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U.S. equity futures are pointing to a higher open when Wall Street begins trading on Wednesday.
The major futures indexes are indicating a gain of 0.9 percent as stocks attempt to rise for a third session.
The ADP national employment report for April will be release before trading begins. Economists expect a record 20.05 million jobs were lost in the private sector last month in response to the coronavirus lockdowns.
Investors are increasingly optimistic as European countries and some U.S. states allow businesses to reopen despite warnings coronavirus infections are still rising and economic recovery could be some way off.
President Trump said Tuesday he wants the U.S. economy to reopen but acknowledged some people will be “badly affected.”
In Asian markets, Hong Kong's Hang Seng added 1.1 percent, China's Shanghai Composite climbed 0.6 percent. Markets in Japan were closed for a holiday.
In European trading, London's FTSE gained 0.6 percent, Germany's DAX rose 0.3 percent and France's CAC was down 0.2 percent.
In energy markets, benchmark U.S. crude turned higher by 87 cents to $25.43 per barrel in electronic trading on the New York Mercantile Exchange. The contract jumped 20.5 percent on Tuesday to settle at $24.56.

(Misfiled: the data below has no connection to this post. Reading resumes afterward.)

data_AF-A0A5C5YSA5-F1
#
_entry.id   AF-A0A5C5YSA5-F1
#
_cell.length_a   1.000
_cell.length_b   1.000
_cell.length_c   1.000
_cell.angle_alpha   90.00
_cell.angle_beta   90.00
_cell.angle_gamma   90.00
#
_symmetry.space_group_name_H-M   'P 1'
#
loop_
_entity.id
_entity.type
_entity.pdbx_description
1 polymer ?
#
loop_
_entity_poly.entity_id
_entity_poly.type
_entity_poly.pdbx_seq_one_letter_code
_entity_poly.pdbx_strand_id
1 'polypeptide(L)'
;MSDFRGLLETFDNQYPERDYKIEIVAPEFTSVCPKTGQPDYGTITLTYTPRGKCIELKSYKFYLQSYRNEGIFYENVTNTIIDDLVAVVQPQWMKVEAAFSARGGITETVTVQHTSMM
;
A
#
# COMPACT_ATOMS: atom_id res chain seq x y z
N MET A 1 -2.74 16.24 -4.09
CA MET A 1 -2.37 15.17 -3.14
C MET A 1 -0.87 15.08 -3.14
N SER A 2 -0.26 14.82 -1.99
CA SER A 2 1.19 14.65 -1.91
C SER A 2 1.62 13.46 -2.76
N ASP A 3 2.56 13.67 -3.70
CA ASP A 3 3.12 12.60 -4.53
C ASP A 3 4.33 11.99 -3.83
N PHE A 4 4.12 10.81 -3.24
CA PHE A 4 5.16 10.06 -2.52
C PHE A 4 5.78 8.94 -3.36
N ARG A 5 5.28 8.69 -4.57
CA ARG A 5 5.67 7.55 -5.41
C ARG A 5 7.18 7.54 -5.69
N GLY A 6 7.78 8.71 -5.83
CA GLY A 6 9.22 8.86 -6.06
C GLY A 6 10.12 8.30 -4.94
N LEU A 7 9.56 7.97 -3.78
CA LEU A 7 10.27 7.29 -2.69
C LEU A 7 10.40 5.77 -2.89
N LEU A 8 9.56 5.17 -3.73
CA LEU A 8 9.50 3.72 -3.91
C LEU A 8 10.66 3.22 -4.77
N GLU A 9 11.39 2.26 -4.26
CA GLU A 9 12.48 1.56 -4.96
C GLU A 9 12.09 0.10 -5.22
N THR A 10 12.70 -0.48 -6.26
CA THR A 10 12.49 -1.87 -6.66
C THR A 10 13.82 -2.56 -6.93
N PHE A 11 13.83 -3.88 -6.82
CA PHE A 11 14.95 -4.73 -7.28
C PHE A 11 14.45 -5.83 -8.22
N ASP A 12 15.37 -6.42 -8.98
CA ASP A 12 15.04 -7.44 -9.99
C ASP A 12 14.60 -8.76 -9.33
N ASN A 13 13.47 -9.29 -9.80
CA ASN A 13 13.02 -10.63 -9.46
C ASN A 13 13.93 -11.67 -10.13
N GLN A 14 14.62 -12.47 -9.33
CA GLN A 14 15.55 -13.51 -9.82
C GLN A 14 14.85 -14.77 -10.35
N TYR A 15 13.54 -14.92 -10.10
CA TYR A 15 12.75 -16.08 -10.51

Brent crude, used to price international oils, added 64 cents to $31.61 per barrel in London. It gained 13.9 percent the previous session to close at $30.97.
|I:DJI||DOW JONES AVERAGES||34935.47||-149.06||-0.42%|
|I:COMP||NASDAQ COMPOSITE INDEX||14672.677608||-105.59||-0.71%|
On Wall Street, the benchmark S&P 500 index closed 0.9 percent higher on Tuesday after losing about half its early gains in a burst of afternoon selling. Technology and health care stocks accounted for much of the gains, which followed a strong showing in overseas markets.
The Dow Jones Industrial Average rose 0.6 percent and the Nasdaq climbed 1.1 percent.
U.S. states including Texas and South Carolina have allowed restaurants and some other businesses to reopen. California might allow some retailers to resume serving customers this week.
Still, the deputy chairman of the U.S. Federal Reserve, Richard Clarida, said Tuesday the economy needs more support from the central bank and possibly additional government spending before it can recover.
A report released Tuesday showed the U.S. services industry shrank for the first time in a decade last month, but it caused barely a ripple in the stock or bond market.
Disney fell 3 percent after the company reported a steep drop in quarterly profit as many segments of its media and entertainment offerings ground to a standstill during the coronavirus pandemic. Overall, the company said costs related to COVID-19 cut Disney’s pretax profit by $1.4 billion.
The Associated Press contributed to this article.